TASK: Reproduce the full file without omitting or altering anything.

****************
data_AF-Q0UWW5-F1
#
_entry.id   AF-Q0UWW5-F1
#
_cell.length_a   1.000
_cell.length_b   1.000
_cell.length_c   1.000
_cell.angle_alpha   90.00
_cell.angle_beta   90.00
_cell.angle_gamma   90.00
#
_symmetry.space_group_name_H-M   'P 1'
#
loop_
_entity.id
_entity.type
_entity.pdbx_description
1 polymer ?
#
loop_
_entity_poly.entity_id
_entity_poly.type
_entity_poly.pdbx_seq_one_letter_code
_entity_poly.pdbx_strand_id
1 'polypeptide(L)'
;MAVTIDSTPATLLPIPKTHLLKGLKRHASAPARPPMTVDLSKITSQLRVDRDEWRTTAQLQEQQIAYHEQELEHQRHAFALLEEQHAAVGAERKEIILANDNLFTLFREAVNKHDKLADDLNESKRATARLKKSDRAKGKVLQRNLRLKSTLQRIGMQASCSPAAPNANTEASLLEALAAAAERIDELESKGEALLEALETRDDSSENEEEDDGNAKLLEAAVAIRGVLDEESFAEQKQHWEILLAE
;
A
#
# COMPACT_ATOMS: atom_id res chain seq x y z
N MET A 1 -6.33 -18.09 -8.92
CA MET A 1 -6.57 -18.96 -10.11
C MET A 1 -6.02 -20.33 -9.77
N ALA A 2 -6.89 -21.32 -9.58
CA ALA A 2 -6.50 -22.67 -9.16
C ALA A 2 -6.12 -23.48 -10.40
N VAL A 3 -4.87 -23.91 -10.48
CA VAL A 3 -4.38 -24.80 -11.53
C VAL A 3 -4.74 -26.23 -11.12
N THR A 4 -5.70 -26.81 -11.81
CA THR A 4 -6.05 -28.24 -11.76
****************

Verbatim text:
data_AF-Q0UWW5-F1
#
_entry.id   AF-Q0UWW5-F1
#
_cell.length_a   1.000
_cell.length_b   1.000
_cell.length_c   1.000
_cell.angle_alpha   90.00
_cell.angle_beta   90.00
_cell.angle_gamma   90.00
#
_symmetry.space_group_name_H-M   'P 1'
#
loop_
_entity.id
_entity.type
_entity.pdbx_description
1 polymer ?
#
loop_
_entity_poly.entity_id
_entity_poly.type
_entity_poly.pdbx_seq_one_letter_code
_entity_poly.pdbx_strand_id
1 'polypeptide(L)'
;MAVTIDSTPATLLPIPKTHLLKGLKRHASAPARPPMTVDLSKITSQLRVDRDEWRTTAQLQEQQIAYHEQELEHQRHAFALLEEQHAAVGAERKEIILANDNLFTLFREAVNKHDKLADDLNESKRATARLKKSDRAKGKVLQRNLRLKSTLQRIGMQASCSPAAPNANTEASLLEALAAAAERIDELESKGEALLEALETRDDSSENEEEDDGNAKLLEAAVAIRGVLDEESFAEQKQHWEILLAE
;
A
#
# COMPACT_ATOMS: atom_id res chain seq x y z
N MET A 1 -6.33 -18.09 -8.92
CA MET A 1 -6.57 -18.96 -10.11
C MET A 1 -6.02 -20.33 -9.77
N ALA A 2 -6.89 -21.32 -9.58
CA ALA A 2 -6.50 -22.67 -9.16
C ALA A 2 -6.12 -23.48 -10.40
N VAL A 3 -4.87 -23.91 -10.48
CA VAL A 3 -4.38 -24.80 -11.53
C VAL A 3 -4.74 -26.23 -11.12
N THR A 4 -5.70 -26.81 -11.81
CA THR A 4 -6.05 -28.24 -11.76